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Nature
Nature
Nature is the international weekly journal of science: a magazine style journal that publishes full-length research papers in all disciplines of science, as well as News and Views, reviews, news, features, commentaries, web focuses and more, covering all branches of science and how science impacts upon all aspects of society and life.
22 Oct
After three years of heated debate, the advocates and critics of gain-of-function research must work to agree on how best to regulate the work.
22 Oct
Social-media fun for medical research bypasses animal sensitivities.
21 Oct
Europe must act to stop livestock drugs from wiping out its vulture populations.
21 Oct
The closure of a 40-year project to understand and protect seabirds shows the false priorities of funders, warns Tim Birkhead.
22 Oct
Explosions of plasma in the Sun's atmosphere can reach temperatures of nearly 100,000 °C, much hotter than scientists had expected.The finding is one of several about the region between the solar surface and the uppermost edge of the Sun's atmosphere, or corona, revealed by
22 Oct
Disrupted sleep patterns alter the composition of gut bacteria, leading to metabolic problems.Eran Elinav at the Weizmann Institute of Science in Rehovot, Israel, and his team found that the abundance of gut microbes in mice fluctuates daily in sync with host feeding times. But
22 Oct
Wild southern white rhinoceroses could go extinct in just nine years because of poaching, but could be saved if trade in their horns were to be carefully managed.Poachers killed almost 1,000 southern white rhinoceroses (Ceratotherium simum simum; pictured) for their horns
22 Oct
Implanted retinal cells derived from stem cells seem to be improving vision in some people in two early-stage clinical trials.Steven Schwartz at the University of California, Los Angeles, Robert Lanza at Advanced Cell Technology in Marlborough, Massachusetts, and their team grew retinal pigmented epithelial
22 Oct
A laser beam can move matter tens of centimetres and in two directions.Such tractor beams have been used to shift small objects very short distances. To scale this up, Wieslaw Krolikowski at the Australian National University in Canberra and his team fired a laser
22 Oct
Tornadoes in the United States have been happening on fewer days since the 1970s, but more tornadoes have touched down (pictured) on those days.The overall number of US tornadoes has not changed in recent decades. However, in analysing the national tornado database,
22 Oct
Blocking a brain-cell receptor boosts the brain's ability to form new neuronal connections as it adapts to changing stimuli.Carla Shatz at Stanford University in California and her colleagues disrupted the receptor, PirB, in the visual centre of mouse brains by either genetically deleting it
22 Oct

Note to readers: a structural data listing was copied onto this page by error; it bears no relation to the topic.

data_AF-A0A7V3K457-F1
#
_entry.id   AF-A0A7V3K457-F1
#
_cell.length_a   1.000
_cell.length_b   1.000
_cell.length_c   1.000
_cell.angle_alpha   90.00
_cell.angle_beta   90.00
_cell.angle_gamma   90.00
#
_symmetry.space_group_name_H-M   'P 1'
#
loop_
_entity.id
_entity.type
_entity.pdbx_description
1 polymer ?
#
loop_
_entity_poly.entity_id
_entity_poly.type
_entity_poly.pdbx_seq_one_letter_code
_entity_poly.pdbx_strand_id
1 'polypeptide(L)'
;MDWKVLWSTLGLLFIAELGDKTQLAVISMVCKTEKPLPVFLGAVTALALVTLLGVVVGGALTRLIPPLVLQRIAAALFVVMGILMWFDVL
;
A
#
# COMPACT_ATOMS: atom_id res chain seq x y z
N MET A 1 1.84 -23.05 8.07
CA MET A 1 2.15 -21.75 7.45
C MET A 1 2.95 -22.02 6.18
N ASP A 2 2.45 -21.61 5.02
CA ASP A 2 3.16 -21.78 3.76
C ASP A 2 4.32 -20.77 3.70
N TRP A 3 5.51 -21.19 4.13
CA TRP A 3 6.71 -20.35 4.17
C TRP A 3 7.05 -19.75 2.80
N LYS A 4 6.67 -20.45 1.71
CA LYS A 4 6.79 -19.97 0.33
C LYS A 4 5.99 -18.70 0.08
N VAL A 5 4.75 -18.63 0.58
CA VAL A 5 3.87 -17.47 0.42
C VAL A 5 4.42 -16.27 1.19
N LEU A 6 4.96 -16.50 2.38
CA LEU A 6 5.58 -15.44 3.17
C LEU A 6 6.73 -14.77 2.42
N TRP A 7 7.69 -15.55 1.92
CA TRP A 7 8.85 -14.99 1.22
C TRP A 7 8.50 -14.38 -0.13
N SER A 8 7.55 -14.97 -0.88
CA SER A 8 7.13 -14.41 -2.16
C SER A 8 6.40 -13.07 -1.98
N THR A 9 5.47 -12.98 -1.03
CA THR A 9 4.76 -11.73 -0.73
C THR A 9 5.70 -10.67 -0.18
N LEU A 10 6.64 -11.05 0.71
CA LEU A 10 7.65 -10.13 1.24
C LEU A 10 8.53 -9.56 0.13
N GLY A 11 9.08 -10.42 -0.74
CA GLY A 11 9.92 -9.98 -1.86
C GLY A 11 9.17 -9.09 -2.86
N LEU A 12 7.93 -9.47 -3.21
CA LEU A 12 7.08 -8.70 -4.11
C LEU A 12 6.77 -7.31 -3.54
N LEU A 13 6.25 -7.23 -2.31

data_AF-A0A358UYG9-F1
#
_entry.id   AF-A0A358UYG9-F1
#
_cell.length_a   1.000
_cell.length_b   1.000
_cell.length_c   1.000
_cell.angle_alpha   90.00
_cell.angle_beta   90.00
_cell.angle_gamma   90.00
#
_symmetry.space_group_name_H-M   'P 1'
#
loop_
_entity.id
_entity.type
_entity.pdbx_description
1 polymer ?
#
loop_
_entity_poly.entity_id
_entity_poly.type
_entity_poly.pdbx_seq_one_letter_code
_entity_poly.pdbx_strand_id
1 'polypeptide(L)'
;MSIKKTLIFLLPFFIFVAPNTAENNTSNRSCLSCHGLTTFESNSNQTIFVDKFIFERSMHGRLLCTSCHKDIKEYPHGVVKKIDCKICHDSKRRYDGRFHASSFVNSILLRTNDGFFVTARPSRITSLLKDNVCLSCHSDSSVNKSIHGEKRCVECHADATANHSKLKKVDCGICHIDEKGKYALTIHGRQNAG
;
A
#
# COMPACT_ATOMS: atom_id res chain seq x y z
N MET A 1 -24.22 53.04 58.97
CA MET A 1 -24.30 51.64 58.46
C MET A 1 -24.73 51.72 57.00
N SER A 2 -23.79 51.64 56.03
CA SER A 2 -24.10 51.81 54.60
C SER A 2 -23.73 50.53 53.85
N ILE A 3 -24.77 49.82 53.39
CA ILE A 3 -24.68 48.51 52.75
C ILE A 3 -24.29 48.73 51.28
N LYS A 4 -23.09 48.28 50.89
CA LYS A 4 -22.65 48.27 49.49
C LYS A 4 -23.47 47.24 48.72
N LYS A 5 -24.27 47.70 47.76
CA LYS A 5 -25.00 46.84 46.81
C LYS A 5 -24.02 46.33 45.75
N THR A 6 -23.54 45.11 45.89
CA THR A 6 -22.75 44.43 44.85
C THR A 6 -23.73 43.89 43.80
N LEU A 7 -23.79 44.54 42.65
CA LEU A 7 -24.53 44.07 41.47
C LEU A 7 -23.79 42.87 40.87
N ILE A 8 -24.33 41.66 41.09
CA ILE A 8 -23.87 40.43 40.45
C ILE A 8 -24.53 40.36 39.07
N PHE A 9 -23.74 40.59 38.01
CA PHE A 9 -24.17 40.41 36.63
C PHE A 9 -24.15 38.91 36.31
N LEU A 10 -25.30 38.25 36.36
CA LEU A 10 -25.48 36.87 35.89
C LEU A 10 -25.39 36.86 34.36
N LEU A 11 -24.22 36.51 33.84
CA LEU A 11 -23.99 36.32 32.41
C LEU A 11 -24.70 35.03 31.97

Bizarre 500-million-year-old sea creatures called vetulicolians are relatives of vertebrates.Palaeontologists have struggled to identify the relationship between living animals and these extinct organisms, because of their odd combination of features such as gill slits and a segmented abdomen. A team led by Diego García-Bellido
22 Oct
Engineering certain immune cells to kill cancerous cells in leukaemia has driven the disease into remission for up to two years in more than half of participants in an early-stage clinical trial.Stephan Grupp at the Children's Hospital of Philadelphia, Pennsylvania, and his co-workers tested
22 Oct
Amid increased competition for faculty jobs in biomedicine, some have suggested cutting the number of PhD students. So when a senior scientist advised against this, the online world took notice. Eve Marder, a neuroscientist at Brandeis University in Waltham, Massachusetts, argued in the journal eLife
22 Oct
The week in science: Snail discovery revives publishing spat; proposed nuclear-waste site passes key US safety evaluation; and biopharmaceutical firm AbbVie cools on US$54-billion takeover deal.
22 Oct
Government to cease funding gain-of-function studies that make viruses more dangerous, pending a safety assessment.
21 Oct
November vote is unlikely to break a political stalemate that has squeezed research funding.
22 Oct
DNA shows a group of modern humans roamed across Asia.
21 Oct
Space telescope beats mechanical failures to begin a second mission that will trace new celestial targets.
22 Oct
Hybrid methods to solve structures of molecular machines create a storage headache.
21 Oct
Bioethicists are setting up consultancies for research — but some scientists question whether they are needed.
In 2004, researchers announced the discovery of Homo floresiensis, a small relative of modern humans that lived as recently as 18,000 years ago. The ‘hobbit’ is now considered the most important hominin fossil in a generation. Here, the scientists behind the find tell its story.
Ten years after the publication of a remarkable find, Chris Stringer explains why the discovery of Homo floresiensis is still so challenging.
Scenario-based training for disasters is better than just drawing up a paper plan, say Jennifer K. Pullium and colleagues.
22 Oct
Richard Holmes finds Mary Somerville's breakthrough science best-seller thrillingly fresh, 180 years on.
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